LOCAL SPRINGERS 885.00-1585.00.
BETTER FRESH COWS 1800.00-2100.00.
LARGE HEIFERS 1485.00-ISBS.OO.
SHORTBRED HEIFERS 700.00-1350.00,
OPEN BREEDING AGE HEIFERS
UPSTATE LOADS, FRESH
1325.00- 6 HEAD 2050.00-2100.00.
FRESH HEIFERS 850.00-1525.00, FEW
REGISTERED HEIFERS 1125.00-1700.00.
SMALL HEIFERS 425.00-1385.0 a
SMALL OPEN HEIFERS 585.00*85.00.
SMALLER OPEN HEIFERS 200.00*00.00.
BULLS 350.00-775.00, PUREBRED
New Holland Horses
New Holland Salee Stables
Report Supplied by Auction
Monday, Noveadter 24,2003
232 HEAD, MARKET STEADY.
WORK HORSES SlO.OO-1075.00.
DRIVING HORSES 385.00-735.00.
RIDING HORSES 310.00-1010.00.
REGISTERED RIDING 975.00-1675.00.
BETTER RIDING, NONE.
LARGE PONIES 510.00-700.00.
REGISTERED COLTS 650.00-1000.00.
Report Supplied By Auction
ALFALFA; HIGH 167.00, AVG. 106.00.
MIXED HAY; HIGH 210.00, AVG. 133.00.
TIMOTHY: HIGH 185.00, AVG. 133.00.
GRASS: HIGH 162.00, AVG. 110.00.
STRAW: HIGH 185.00, AVG. 148.00.
CORN FODDER; HIGH 110.00, AVG.
OATS: HIGH 2.95, AVG. 2.93/BU.
Tree Planting On Poultry Farms
NEWARK, Del. If .a new
grower initiative for planting tree
windbreaks takes root over the
next few years, the poultry
houses that dot the Delmarva
countryside could get a facelift,
increase grower profit, and im
prove the quality of water, soil,
To inform growers and poultry
companies about this strategy,
Bud Malone, University of Dela
ware Cooperative Extension spe
cialist for poultry, and Dot Ab
educator for renewable resources,
have written a UD Extension bul
letin (#158) that details the envi
ronmental and business advan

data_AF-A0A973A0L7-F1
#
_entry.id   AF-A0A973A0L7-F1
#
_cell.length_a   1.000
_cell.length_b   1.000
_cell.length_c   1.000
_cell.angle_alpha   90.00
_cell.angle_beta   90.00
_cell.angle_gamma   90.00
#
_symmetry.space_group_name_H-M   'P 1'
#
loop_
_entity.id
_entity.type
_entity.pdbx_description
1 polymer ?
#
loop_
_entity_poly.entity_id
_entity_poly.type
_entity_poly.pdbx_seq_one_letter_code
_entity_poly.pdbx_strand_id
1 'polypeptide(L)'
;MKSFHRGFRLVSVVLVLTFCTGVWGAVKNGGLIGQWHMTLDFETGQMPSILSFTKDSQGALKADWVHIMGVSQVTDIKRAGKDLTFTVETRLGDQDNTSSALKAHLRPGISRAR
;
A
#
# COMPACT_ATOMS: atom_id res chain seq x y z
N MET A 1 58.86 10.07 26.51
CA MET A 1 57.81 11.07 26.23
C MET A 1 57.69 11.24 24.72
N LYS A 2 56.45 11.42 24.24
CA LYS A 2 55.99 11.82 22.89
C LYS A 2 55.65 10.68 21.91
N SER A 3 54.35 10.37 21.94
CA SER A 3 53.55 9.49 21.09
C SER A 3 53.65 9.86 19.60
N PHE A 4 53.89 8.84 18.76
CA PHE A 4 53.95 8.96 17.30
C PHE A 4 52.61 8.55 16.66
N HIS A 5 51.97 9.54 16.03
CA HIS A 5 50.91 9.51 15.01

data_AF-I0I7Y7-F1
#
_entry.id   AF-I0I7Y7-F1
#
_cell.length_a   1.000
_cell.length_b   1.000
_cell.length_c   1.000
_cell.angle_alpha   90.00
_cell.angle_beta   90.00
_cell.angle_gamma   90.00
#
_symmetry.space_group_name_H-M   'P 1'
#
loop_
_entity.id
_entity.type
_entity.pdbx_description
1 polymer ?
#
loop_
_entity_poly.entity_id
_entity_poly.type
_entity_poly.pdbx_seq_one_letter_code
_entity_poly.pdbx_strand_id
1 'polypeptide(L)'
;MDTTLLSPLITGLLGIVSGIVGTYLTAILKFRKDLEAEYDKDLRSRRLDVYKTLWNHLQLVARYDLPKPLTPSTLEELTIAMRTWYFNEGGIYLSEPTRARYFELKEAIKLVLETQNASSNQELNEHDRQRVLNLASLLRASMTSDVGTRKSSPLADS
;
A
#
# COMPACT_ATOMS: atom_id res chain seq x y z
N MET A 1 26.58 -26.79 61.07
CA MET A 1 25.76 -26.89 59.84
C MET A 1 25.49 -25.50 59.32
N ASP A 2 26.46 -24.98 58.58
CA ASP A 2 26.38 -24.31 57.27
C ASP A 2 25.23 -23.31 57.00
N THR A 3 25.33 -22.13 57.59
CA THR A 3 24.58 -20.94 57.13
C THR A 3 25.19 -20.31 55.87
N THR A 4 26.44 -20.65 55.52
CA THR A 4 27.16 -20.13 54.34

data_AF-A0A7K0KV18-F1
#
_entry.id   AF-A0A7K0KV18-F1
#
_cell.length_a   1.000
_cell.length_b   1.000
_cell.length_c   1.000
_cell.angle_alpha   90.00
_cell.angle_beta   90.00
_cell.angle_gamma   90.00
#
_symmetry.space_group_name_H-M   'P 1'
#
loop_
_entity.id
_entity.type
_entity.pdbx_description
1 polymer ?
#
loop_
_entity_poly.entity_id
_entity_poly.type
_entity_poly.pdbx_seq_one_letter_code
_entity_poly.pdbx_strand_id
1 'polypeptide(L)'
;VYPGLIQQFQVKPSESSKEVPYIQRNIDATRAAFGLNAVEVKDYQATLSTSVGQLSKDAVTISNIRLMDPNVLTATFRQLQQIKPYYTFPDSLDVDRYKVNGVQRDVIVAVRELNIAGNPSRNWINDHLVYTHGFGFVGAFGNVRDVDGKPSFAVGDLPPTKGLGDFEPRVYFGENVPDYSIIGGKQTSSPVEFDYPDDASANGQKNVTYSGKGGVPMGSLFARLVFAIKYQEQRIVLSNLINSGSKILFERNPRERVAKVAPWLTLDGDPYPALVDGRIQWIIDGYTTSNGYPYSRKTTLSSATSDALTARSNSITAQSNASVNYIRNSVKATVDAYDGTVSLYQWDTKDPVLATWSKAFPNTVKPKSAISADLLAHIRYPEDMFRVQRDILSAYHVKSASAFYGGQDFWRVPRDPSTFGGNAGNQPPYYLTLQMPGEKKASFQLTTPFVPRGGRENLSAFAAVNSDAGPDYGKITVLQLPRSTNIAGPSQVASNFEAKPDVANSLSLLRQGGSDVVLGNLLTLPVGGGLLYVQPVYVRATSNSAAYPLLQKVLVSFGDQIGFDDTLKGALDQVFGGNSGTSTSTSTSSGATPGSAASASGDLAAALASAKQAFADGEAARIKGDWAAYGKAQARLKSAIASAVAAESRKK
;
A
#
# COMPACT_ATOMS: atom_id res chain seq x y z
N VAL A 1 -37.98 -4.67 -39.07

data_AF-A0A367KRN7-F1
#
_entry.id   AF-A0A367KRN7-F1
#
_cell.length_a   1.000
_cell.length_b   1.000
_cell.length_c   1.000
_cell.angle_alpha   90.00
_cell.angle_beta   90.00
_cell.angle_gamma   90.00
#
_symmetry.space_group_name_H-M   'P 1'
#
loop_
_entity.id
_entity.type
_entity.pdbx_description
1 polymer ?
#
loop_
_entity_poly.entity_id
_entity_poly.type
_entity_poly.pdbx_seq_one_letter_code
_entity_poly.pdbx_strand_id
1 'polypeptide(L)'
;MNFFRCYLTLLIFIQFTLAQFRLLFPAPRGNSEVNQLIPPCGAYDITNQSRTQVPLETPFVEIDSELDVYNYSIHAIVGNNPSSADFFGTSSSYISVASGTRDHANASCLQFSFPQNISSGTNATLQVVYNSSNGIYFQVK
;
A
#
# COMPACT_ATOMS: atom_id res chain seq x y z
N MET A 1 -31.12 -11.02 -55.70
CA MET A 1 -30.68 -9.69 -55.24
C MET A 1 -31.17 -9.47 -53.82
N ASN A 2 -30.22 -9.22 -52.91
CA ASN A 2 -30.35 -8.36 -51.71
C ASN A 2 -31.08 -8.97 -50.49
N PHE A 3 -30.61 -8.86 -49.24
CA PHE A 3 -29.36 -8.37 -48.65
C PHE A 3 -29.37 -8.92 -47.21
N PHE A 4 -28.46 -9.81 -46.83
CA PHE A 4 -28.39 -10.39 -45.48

tages of planting vegetative
screens around poultry houses.
Entitled “Environmental and
Production Benefits of Trees for
Poultry Farms,” the publication
includes design plants, a list of
tree varieties that make good buf
fer strips, planting recommenda
New Resource Helps Farmers ForgeSuaf ess
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Sustainable Agriculture Publica
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BELTSVILLE, Md. Re
sponding to keen interest from
farmers and ranchers in develop
ing new production and market
ing alternatives, the Sustainable
Agriculture Network (SAN) re
cently released a user-friendly
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velop goal-oriented business
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nesses. Published in collaboration
with the Minnesota Institute for
Sustainable Agriculture, the pub
lication, called Building a Sus
tainable Business, brings the busi
ness planning process alive and
transforms farm-grown inspira
tions into profitable enterprises.
Building a Sustainable Busi
ness: A Guide to Developing a
Business Plan for Farms and